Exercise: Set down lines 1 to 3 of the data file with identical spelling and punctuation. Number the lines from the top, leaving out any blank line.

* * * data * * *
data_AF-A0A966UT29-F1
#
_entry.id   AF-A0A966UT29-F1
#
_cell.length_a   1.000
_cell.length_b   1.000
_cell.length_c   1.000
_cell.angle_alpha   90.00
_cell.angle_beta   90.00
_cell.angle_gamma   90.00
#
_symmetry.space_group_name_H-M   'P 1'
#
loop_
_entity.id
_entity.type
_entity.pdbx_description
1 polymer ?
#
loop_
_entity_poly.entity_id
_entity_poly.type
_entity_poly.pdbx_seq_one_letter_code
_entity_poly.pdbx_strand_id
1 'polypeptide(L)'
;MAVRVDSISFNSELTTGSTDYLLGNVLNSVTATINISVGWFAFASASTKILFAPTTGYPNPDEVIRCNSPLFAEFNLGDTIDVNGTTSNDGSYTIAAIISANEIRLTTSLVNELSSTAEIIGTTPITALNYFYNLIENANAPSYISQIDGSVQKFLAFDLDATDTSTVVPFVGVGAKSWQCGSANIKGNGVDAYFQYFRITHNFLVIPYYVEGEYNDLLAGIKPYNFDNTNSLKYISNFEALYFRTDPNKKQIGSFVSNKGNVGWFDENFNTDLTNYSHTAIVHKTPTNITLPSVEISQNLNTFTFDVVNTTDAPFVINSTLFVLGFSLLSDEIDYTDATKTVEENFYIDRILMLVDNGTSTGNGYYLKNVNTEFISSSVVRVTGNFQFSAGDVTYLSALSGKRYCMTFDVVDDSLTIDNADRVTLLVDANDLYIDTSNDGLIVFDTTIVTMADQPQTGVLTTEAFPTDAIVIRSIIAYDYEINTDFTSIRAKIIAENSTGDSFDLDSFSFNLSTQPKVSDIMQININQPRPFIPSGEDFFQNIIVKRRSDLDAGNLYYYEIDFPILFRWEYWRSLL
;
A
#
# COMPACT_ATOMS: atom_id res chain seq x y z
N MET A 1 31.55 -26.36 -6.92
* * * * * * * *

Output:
data_AF-A0A966UT29-F1
#
_entry.id   AF-A0A966UT29-F1